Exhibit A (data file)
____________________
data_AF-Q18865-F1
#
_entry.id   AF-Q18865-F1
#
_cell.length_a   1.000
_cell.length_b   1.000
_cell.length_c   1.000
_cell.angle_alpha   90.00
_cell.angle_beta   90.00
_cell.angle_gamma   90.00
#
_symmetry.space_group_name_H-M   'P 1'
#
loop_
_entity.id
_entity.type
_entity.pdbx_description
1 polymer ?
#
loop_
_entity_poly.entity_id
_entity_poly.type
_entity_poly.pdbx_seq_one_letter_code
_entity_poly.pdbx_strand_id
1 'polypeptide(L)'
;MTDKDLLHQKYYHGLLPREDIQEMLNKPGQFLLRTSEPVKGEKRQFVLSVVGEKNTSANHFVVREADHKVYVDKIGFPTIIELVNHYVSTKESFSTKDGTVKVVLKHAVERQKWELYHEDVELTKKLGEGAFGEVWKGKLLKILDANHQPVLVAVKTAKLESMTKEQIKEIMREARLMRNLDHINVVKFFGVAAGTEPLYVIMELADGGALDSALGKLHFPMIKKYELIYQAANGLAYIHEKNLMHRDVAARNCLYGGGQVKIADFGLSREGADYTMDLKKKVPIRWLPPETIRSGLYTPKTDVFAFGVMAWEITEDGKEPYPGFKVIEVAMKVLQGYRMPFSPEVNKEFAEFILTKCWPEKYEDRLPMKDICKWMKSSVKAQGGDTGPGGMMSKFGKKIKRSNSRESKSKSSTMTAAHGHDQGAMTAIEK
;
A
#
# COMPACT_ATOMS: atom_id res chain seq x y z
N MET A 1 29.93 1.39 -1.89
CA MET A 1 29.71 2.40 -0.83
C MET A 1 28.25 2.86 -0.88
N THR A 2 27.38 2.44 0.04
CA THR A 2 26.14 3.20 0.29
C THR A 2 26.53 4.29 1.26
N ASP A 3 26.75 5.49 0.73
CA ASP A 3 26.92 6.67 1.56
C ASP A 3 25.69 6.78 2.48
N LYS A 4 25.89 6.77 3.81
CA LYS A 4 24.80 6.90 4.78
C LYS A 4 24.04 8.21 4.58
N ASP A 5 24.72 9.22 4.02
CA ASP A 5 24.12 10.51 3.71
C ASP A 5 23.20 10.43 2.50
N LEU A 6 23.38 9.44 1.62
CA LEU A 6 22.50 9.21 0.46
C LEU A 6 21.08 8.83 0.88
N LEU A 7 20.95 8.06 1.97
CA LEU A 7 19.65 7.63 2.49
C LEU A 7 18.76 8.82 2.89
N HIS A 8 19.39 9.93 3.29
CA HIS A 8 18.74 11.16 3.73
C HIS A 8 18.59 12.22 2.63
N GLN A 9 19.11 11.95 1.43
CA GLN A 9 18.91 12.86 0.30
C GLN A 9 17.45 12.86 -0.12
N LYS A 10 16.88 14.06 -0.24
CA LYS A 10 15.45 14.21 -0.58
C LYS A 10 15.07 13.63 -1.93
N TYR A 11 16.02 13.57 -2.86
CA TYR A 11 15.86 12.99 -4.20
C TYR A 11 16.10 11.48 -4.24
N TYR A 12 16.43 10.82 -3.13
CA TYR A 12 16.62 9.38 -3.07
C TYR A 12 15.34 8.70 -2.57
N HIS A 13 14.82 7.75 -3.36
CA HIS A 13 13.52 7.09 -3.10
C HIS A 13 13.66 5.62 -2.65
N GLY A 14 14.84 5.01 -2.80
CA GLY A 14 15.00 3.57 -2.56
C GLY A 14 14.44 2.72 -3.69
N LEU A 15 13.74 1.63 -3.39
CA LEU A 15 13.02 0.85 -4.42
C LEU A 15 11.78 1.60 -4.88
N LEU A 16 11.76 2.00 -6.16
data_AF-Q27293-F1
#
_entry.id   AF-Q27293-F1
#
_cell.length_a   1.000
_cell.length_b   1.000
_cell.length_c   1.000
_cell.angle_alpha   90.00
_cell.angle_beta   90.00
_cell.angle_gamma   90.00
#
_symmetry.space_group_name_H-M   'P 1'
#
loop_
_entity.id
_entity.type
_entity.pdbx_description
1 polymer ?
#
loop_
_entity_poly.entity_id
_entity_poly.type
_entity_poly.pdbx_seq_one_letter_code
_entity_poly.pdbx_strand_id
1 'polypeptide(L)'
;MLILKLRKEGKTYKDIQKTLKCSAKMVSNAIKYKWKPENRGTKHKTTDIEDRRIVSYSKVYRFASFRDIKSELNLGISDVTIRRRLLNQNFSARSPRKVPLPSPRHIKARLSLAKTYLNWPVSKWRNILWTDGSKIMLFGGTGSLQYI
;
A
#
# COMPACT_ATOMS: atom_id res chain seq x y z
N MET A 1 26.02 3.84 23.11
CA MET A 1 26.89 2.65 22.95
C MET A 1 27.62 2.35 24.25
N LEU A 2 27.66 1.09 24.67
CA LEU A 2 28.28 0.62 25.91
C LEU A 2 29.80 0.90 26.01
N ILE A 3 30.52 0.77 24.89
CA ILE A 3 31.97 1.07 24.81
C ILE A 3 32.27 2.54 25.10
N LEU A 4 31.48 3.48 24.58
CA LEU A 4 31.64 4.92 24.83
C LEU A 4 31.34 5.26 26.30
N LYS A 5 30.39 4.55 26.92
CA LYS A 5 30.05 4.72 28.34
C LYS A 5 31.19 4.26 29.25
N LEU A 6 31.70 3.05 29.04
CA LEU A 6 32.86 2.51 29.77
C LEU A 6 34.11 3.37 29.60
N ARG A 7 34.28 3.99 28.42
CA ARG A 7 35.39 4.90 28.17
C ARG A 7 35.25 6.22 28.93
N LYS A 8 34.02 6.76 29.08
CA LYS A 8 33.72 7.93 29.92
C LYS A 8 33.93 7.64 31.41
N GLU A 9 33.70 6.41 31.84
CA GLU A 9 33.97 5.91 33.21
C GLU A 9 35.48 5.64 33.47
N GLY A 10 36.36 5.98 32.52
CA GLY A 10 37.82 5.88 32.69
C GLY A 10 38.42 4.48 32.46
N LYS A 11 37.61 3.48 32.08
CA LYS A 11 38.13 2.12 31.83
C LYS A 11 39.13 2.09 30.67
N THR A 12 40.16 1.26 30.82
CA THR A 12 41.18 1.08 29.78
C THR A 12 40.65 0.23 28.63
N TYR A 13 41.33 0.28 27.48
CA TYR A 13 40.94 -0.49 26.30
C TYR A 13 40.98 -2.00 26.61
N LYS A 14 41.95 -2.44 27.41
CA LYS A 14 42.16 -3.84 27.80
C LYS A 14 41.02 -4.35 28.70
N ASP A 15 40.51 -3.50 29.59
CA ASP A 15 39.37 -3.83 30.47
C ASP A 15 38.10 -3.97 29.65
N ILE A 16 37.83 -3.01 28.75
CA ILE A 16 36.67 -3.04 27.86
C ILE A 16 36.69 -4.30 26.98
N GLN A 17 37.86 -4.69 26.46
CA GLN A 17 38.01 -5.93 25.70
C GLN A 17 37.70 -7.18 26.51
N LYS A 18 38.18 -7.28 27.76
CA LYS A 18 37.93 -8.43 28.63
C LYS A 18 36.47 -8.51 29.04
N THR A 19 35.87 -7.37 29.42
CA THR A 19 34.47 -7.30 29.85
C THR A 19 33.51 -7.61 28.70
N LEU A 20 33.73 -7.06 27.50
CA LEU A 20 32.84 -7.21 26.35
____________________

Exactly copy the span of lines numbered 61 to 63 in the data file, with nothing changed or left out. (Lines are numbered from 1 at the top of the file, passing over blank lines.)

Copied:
N TYR A 11 16.02 13.57 -2.86
CA TYR A 11 15.86 12.99 -4.20
C TYR A 11 16.10 11.48 -4.24